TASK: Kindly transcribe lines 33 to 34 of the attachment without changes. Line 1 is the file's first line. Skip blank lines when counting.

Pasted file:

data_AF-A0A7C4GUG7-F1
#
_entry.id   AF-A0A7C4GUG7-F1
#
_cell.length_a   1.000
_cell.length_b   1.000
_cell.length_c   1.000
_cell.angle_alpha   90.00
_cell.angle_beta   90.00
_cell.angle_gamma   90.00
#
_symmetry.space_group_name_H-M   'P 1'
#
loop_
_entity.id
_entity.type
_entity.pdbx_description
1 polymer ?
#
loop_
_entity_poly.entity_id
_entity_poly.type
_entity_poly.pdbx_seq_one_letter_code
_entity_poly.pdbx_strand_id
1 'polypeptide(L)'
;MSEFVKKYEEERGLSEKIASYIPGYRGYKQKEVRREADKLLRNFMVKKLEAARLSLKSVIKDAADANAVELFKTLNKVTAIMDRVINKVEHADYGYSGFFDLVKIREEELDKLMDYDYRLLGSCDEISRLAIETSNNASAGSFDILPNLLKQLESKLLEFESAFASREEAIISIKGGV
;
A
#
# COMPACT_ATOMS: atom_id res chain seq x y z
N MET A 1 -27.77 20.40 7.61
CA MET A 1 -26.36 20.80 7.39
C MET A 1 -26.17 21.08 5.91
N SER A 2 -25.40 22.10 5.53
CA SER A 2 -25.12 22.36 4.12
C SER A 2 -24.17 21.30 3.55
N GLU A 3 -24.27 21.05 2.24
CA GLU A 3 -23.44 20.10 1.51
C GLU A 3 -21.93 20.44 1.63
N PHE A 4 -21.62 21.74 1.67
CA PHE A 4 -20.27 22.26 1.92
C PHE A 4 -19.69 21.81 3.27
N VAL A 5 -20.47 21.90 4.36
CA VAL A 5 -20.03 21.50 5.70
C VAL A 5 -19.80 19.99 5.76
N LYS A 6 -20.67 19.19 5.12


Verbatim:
C MET A 1 -26.17 21.08 5.91
N SER A 2 -25.40 22.10 5.53